• 21 to 1: How Red Hat amplifies partner revenue

    At Red Hat Summit, we announced new research from IDC looking at the contributions of Red Hat Enterprise Linux (RHEL) to the global economy. The study, sponsored by Red Hat, found that the workloads running on Red Hat Enterprise Linux are expected to "touch" more than $10 trillion worth of global business revenues in 2019 - powering roughly 5% of the worldwide economy. While that statistic alone is eye popping, these numbers, according to the report, are only expected to grow in the coming years, fueled by more organizations embracing hybrid cloud infrastructures. As a result, there is immense opportunity for Red Hat partners and potential partners to capitalize on the growth and power of RHEL.

  • Executing .NET Core functions in a separate process [Ed: IBM/Red Hat is pushing Microsoft patent traps again (and yes, Microsoft still suing]
  • DevNation Live: 17-million downloads of Visual Studio Code Java extension [Ed: Also celebrating for Microsoft again (as if helping the proprietary MSVS 'ecosystem' is their goal now)]
  • The NeuroFedora Blog: NEURON in NeuroFedora needs testing

    We have been working on including the NEURON simulator in NeuroFedora for a while now. The build process that NEURON uses has certain peculiarities that make it a little harder to build. For those that are interested in the technical details, while the main NEURON core is built using the standard ./configure; make ; make install process that cleanly differentiates the "build" and "install" phases, the Python bits are built as a "post-install hook". That is to say, they are built after the other bits in the "install" step instead of the "build" step. This implies that the build is not quite straightforward and must be slightly tweaked to ensure that the Fedora packaging guidelines are met.

Software: Genome Browsers, EtherCalc and Curl

  • Best Free Web Based Genome Browsers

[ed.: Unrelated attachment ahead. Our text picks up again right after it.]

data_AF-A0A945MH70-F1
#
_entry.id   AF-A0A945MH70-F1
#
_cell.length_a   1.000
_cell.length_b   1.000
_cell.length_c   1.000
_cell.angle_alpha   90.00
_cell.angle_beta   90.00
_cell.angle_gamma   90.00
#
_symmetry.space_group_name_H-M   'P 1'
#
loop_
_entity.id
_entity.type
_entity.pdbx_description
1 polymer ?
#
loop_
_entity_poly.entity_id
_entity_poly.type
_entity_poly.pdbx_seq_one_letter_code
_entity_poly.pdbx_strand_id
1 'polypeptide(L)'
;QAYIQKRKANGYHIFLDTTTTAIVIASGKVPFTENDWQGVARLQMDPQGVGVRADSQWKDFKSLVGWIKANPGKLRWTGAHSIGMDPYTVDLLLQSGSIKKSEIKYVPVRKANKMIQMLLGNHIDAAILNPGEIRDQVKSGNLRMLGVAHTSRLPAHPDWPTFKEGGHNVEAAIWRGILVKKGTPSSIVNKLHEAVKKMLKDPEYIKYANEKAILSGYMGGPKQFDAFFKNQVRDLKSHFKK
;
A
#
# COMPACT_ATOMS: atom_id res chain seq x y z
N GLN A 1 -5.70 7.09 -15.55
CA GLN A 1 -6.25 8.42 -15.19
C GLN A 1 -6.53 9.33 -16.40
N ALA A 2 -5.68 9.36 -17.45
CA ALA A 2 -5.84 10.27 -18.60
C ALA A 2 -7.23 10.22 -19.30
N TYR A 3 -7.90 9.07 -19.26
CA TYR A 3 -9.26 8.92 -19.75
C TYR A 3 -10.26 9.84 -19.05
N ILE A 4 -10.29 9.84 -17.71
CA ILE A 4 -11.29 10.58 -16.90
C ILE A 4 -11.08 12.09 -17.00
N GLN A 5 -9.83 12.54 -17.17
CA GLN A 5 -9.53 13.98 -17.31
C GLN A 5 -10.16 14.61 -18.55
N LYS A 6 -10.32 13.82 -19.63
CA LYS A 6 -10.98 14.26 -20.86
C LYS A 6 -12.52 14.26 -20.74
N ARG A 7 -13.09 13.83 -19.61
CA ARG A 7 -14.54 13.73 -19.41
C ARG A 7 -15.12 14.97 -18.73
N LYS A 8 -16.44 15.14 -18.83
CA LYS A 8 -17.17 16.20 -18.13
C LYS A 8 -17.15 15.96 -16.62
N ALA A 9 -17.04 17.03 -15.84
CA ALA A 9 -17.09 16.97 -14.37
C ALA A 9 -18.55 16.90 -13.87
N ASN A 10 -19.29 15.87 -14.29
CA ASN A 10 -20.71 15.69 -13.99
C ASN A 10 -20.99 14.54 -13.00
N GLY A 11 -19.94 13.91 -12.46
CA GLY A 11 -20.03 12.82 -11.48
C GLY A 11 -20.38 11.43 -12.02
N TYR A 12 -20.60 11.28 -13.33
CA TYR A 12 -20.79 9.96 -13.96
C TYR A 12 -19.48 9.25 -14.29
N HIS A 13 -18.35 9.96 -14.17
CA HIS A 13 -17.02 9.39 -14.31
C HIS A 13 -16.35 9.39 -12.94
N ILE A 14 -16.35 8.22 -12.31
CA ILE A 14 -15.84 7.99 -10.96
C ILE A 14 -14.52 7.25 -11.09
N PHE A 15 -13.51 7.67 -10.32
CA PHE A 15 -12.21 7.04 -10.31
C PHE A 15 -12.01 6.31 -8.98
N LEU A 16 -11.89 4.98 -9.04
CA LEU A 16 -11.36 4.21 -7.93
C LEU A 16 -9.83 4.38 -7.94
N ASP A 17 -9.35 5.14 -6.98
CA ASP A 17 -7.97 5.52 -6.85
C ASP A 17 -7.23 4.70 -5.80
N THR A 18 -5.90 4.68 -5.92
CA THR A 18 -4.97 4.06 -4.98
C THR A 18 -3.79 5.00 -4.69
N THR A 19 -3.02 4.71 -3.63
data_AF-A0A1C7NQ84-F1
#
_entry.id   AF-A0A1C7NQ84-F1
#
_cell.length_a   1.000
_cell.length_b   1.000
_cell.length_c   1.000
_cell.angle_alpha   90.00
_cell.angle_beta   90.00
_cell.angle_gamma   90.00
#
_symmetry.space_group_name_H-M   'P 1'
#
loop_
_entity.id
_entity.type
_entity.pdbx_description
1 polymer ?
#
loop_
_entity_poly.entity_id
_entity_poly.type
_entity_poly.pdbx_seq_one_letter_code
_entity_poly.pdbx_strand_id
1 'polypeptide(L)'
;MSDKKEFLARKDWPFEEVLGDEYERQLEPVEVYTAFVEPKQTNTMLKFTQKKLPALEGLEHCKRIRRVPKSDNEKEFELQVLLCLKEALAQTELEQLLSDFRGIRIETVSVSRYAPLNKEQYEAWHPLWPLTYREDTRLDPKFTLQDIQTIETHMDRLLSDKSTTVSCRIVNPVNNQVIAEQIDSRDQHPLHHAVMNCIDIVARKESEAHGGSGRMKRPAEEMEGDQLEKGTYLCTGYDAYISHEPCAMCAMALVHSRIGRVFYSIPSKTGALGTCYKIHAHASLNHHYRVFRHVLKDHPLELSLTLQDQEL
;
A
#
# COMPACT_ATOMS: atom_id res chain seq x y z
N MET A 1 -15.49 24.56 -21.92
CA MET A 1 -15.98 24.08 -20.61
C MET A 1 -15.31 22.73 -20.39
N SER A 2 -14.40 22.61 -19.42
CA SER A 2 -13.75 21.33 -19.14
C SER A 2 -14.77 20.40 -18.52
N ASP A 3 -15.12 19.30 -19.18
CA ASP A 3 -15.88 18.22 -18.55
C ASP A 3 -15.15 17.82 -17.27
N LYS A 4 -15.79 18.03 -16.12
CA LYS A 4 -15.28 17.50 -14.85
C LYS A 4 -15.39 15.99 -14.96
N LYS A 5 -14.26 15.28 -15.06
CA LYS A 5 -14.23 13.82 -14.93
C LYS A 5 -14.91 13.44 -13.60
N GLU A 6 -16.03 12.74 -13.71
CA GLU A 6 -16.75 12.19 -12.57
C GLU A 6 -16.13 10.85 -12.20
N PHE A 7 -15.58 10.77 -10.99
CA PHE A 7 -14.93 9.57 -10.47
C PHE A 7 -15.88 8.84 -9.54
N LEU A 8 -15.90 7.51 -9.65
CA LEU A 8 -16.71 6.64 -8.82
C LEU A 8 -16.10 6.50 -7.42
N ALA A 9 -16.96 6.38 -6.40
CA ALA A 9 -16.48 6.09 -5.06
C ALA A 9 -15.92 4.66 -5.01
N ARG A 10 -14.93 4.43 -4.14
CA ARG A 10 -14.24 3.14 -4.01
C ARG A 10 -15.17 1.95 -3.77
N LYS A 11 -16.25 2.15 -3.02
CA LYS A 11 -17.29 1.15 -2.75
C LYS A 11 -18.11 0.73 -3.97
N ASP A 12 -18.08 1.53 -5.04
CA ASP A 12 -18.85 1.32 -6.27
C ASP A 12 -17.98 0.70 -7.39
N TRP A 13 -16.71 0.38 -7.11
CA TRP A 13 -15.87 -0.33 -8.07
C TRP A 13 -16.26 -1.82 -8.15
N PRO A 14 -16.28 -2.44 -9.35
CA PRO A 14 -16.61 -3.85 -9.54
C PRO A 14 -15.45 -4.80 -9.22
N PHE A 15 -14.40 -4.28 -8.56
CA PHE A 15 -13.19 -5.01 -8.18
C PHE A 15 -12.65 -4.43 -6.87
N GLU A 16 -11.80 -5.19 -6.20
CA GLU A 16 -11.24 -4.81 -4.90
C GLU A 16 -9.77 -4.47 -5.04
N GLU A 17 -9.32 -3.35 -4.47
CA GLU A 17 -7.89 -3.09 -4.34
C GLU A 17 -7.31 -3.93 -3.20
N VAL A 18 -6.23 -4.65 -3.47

In the fields of molecular biology and genetics, a genome is the genetic material of an organism. It consists of DNA (or RNA in RNA viruses). Each genome contains all of the information needed to build and maintain that organism. In humans, a copy of the entire genome—more than 3 billion DNA base pairs—is contained in all cells that have a nucleus. The study of the genome is called genomics. In bioinformatics, a genome browser is a graphical interface for display of information from a biological database for genomic data. They are important tools for studying genomes given the vast amounts of data available. They typically load very large files, such as whole genome FASTA files and display them in a way that users can make sense of the information there. They can be used to visualize a variety of different data types. Genome browsers enable researchers to visualize and browse entire genomes with annotated data including gene prediction and structure, proteins, expression, regulation, variation, comparative analysis, etc. They use a visual, high-level overview of complex data in a form that can be grasped at a glance and provide the means to explore the data in increasing resolution from megabase scales down to the level of individual elements of the DNA sequence. There’s a wide range of web based genome browsers. We’re going to restrict our selection to the top 4.

  • Get going with EtherCalc, a web-based alternative to Google Sheets

    EtherCalc is an open source spreadsheet that makes it easy to work remotely and collaborate with others.

  • Daniel Stenberg: curl 7.65.2 fixes even more

    Six weeks after our previous bug-fix release, we ship a second release in a row with nothing but bug-fixes. We call it 7.65.2. We decided to go through this full release cycle with a focus on fixing bugs (and not merge any new features) since even after 7.65.1 shipped as a bug-fix only release we still seemed to get reports indicating problems we wanted fixed once and for all. Download curl from curl.haxx.se as always! Also, I personally had a vacation already planned to happen during this period (and I did) so it worked out pretty good to take this cycle as a slightly calmer one. Of the numbers below, we can especially celebrate that we’ve now received code commits by more than 700 persons!